1906 San Francisco Earthquake in Photos
The 1906 San Francisco earthquake's notoriety rests in part that it was the first natural disaster of its magnitude to be captured by photography.
One of the most appalling disasters that has ever been recorded in American history befell San Francisco over a hundred years ago this month, when an earthquake struck the California city on the early morning of April 18, 1906.
Fires broke out and ravaged with merciless ferocity the larger part of the city. One journalist at the time wrote that readers elsewhere should understand that it was not a fire in San Francisco, but rather "a fire of San Francisco."
The earthquake was estimated to be approximately 7.8 on the Richter Scale. Foreshocks and the main quake occurred at about 5:12 in the morning along the San Andreas Fault, with an epicenter close to the city. The violent shocks of the quake were felt from Oregon to Los Angeles, and as far as central Nevada.
The City Hall, the Palace Hotel, the San Francisco Hotel, the palatial residences on Nob Hill, the great department stores, and numerous churches were thrown down as though made of paper or were burned by fires raging with unquenchable fury.
The fire ultimately destroyed over 500 city blocks of the downtown core from Van Ness Avenue, an arterial thoroughfare that bisects the center of the city, to the docks at the San Francisco Bay.
At the time only 478 deaths were reported, a figure concocted by government officials who felt that reporting the true death toll would hurt real estate prices and efforts to rebuild the city. This figure has been revised to today's conservative estimate of over 3000 people. Some have put it as high as 6000 with most of the deaths occurring in San Francisco.
Property estimated to the amount of $400,000,000 was destroyed. Buildings, in some cases with people still in them, were dynamited, while military rule was enforced about the streets, looters being shot on sight.
A scene of indescribable destruction, misery and panic prevailed where only a few hours before a great city reposed complacently in its pride of architecture and fancied security of material resources.
Fires broke out in many parts of town, some initially fueled by natural gas mains broken by the quake. Other fires were the result of arson, and campfires set by refugees. Some property owners set fire to their own damaged buildings, because most insurance policies covered fire losses while prohibiting payment if the building had only sustained earthquake damage.
Captain Leonard D. Wildman of the U.S. Army Signal Corps reported that he "was stopped by a fireman who told [him] that people in that neighborhood were firing their houses...They were told that they would not get their insurance on buildings damaged by the earthquake unless they were damaged by fire."
On the fire fast followed famine and the problem of feeding the destitute and homeless crowds of people in and about San Francisco. Between 225,000 and 300,000 people were left homeless, out of a population of about 400,000. Half of these refugees fled across the bay to Oakland.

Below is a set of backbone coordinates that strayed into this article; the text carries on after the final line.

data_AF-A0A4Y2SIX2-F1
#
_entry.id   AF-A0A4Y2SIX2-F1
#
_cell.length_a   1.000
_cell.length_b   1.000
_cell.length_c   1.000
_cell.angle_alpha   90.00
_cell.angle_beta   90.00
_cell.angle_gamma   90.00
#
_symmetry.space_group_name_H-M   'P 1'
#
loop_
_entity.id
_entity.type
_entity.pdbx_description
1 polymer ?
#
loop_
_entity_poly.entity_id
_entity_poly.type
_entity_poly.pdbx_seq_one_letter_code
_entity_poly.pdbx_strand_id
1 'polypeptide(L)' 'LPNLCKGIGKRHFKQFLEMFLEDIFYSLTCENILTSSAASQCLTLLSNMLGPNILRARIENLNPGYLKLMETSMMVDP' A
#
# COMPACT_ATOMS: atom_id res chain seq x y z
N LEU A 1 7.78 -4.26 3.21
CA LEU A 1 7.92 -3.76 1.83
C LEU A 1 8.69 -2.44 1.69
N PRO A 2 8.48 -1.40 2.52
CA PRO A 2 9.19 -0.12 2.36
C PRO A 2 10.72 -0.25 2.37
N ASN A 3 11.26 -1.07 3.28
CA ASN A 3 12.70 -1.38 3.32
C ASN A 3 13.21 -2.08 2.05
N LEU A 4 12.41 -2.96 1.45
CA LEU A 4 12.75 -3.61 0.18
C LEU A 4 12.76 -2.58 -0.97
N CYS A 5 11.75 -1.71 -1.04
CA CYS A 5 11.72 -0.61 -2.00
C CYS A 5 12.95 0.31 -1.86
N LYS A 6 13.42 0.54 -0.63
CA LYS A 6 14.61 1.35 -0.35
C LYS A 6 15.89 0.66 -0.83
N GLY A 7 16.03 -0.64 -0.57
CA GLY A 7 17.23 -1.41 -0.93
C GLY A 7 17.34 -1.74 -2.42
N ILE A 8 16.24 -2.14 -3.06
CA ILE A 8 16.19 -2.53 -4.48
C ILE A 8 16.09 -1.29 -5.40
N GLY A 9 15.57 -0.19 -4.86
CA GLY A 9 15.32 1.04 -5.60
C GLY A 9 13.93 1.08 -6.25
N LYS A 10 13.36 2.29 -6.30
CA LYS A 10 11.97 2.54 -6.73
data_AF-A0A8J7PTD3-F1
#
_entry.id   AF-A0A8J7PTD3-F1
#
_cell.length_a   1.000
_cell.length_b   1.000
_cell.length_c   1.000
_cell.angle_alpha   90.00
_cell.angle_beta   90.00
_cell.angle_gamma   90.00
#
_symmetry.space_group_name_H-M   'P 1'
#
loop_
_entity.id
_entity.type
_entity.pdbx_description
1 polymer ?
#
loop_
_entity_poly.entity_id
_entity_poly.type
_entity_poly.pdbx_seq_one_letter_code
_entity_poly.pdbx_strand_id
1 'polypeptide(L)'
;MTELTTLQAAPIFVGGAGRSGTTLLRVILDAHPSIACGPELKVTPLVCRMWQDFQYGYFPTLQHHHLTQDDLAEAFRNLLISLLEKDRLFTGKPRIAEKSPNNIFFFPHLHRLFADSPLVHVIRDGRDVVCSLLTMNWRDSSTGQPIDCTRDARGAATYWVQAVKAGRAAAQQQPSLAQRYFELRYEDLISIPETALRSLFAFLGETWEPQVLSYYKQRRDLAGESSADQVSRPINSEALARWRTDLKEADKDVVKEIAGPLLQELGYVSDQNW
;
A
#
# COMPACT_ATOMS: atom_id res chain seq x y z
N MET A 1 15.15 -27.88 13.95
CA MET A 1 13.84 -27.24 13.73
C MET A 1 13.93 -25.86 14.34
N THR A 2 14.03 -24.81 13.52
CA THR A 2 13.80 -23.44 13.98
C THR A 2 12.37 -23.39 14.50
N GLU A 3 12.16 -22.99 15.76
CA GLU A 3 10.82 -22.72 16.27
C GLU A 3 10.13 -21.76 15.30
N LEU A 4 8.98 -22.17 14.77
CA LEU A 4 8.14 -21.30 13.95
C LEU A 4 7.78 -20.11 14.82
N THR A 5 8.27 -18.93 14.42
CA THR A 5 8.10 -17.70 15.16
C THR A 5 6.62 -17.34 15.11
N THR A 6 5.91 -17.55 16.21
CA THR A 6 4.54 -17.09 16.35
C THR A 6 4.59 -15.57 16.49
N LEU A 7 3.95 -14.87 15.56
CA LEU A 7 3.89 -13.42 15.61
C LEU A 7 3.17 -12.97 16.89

Newspapers at the time described Golden Gate Park, the Panhandle, and the beaches between Ingleside and North Beach as covered with makeshift tents.
The US Army built 5,610 redwood and fir "relief houses" designed to accommodate 20,000 of the displaced residents of the area. They were grouped in eleven camps, packed close to each other and rented to people for 2 dollars per month until rebuilding was completed. They were painted olive drab, partly to blend in with the site, and partly because the military had large quantities of olive drab paint on hand. The camps had a peak population of 16,448 people, but by 1907 most people had moved out of the camps, which were then re-used as garages, storage spaces or shops.
Appeals were sent out by Mayor Schmitz, Governor Pardee and President Roosevelt. President Roosevelt advised that contributions be sent to the American Red Cross for distribution. Congress passed an appropriation bill of $1,000,000 for the poor people of the stricken region.
Train loads of provisions were rushed across the Continent from the Atlantic coast; contributions that were solicited from all over America — and Europe, too.
The value of the U.S. Army was demonstrated by the fact that the War Department was able at once to put into San Francisco a thousand troops under General Funston, who kept order, protected buildings, aided the needy and fought the fires. It was partly through the efforts of the soldiers that the U. S. Mint, containing about $39,000,000 of gold, was saved.
Earthquake shocks also did damage in other parts of California; one-fifth of the state was affected. In Santa Rosa, in particular, great damage was done, and ten thousand people were made homeless. Some of the buildings of Stanford University were also destroyed.
An insane asylum near San Jose was totally wrecked, many of the inmates being killed, and others being freed, to wander around the country terrorizing the inhabitants.
The loss of property at Salina was estimated at one million dollars. Lesser shocks were felt and lighter damage was wrought at Oakland, Sacramento, Stockton and other places.
The earthquake's notoriety rests in part that it was the first natural disaster of its magnitude to be captured by photography. Shown are detail images created from panoramic photographs and stereographs available at the Prints & Photographs Reading Room (Prints and Photographs Division) of the Library of Congress.